During these moments, where the crew threads their way through the bowels of the planet, searching desperately for any crack or seam that may lead to freedom, or at least to another crack or seam to scuttle through, and so on and so forth, “Sanctum” performs admirably as a taut action thriller. Unfortunately, there isn’t much in the way of character development or plot to support this scenario, which are the major issues with the film. What characters there are in “Sanctum” are hackneyed clich├ęs, and thoroughly unlikeable to boot. The leader of the pack, Frank (Richard Roxburgh), is a world-class caver, one of the last great explorers left. He’s a gruff Lance Armstrong lookalike who spouts Coleridge as he dives into the unknown. Beyond that, he’s kind of a prick, and is not above drowning an old friend who has become severely injured and can’t continue. Like no one else, Frank accepts the harsh realities of their situation. His son Josh (Rhys Wakefield) is a spoiled brat who doesn’t appreciate what he has. The financier, Carl (Ioan Gruffud), is a billionaire jock who wants all of the glory without putting in any of the grunt work. He’s the kind of guy who brings his girlfriend, Victoria (Alice Parkinson), who has never been diving before, into a water filled cave just to impress her. Carl’s a cartoon, and snaps exactly in the way you know he is going to snap the first time you see him step out of a plane with his mirrored shades.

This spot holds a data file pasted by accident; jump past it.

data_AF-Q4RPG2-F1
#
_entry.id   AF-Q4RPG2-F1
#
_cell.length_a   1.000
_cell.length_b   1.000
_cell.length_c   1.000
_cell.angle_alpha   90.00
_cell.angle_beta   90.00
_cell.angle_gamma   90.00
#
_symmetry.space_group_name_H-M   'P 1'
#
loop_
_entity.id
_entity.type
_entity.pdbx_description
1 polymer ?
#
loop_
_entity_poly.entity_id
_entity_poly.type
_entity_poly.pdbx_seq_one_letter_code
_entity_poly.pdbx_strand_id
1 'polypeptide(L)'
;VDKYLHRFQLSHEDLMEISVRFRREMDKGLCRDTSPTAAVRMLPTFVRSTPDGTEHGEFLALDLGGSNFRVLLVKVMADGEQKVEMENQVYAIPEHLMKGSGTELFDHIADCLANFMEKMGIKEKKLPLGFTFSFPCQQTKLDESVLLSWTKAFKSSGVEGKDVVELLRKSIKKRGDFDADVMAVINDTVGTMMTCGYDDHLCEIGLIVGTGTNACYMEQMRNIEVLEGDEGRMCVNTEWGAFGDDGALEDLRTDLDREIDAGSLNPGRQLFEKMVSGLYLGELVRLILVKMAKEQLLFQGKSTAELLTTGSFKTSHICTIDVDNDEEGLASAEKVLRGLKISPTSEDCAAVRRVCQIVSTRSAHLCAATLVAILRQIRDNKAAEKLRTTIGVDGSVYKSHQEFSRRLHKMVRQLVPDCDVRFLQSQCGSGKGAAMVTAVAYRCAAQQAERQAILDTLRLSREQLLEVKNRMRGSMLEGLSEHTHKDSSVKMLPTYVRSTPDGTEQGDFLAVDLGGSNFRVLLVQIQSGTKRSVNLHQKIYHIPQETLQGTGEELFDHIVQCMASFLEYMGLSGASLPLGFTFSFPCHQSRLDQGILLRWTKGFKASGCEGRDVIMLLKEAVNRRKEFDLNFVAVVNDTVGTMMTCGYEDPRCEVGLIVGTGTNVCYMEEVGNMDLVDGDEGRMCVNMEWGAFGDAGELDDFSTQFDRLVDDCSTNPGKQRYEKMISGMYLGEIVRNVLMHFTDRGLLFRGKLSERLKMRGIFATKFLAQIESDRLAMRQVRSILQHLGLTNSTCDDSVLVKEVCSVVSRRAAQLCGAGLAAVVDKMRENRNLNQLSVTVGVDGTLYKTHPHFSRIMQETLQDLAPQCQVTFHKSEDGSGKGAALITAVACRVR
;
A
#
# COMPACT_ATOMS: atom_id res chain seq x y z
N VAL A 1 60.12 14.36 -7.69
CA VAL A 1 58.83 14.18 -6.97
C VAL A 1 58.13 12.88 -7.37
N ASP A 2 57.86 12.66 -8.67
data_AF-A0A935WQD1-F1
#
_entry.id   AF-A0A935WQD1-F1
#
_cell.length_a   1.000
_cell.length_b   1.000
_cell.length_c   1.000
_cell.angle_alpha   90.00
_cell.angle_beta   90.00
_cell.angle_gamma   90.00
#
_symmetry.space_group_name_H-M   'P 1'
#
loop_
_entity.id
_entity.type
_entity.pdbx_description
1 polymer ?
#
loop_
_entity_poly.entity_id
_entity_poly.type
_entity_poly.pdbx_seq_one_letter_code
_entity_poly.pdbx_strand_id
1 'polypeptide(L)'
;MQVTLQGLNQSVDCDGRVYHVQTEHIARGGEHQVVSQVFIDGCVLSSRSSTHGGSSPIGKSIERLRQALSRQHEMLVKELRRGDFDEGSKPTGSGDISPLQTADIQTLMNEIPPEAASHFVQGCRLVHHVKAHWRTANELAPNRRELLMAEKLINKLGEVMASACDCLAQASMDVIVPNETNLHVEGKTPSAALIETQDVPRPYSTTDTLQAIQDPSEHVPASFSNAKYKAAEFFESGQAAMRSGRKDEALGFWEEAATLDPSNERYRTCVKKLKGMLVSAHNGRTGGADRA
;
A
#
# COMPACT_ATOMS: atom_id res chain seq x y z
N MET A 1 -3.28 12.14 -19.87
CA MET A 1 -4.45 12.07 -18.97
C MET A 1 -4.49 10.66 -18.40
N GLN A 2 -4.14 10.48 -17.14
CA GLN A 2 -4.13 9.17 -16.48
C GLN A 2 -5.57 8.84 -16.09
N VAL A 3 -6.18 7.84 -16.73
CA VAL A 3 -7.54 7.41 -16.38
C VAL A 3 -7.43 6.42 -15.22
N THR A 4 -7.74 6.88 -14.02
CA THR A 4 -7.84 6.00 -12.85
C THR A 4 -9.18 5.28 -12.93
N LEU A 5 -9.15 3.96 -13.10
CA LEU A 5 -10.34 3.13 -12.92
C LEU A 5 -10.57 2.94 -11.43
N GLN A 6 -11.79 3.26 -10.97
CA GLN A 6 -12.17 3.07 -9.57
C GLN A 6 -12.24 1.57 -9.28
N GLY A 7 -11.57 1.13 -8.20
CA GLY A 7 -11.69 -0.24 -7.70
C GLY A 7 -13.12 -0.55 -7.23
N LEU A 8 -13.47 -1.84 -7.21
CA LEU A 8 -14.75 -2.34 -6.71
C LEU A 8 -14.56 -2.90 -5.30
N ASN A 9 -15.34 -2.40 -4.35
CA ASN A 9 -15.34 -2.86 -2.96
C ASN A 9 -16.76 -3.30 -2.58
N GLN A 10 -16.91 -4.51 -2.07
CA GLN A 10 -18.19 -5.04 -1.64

Fortunately for you, you don’t have to give a damn about the characters for the set up to work. They may be sacks of crap, but they’re flat and empty enough that when things start to go south you can still put yourself in their position and feel the breath squeeze out of your lungs as the walls close in on you. Sure, it would help to have someone to root for, but it’s not entirely necessary. The attempts at story beyond the you’re-about-to-drown-two-kilometers-underground-you-have-to-get-the-hell-out-now aspects are nothing but heavy-handed family melodrama that would be more at home on the Lifetime Network than in an action movie.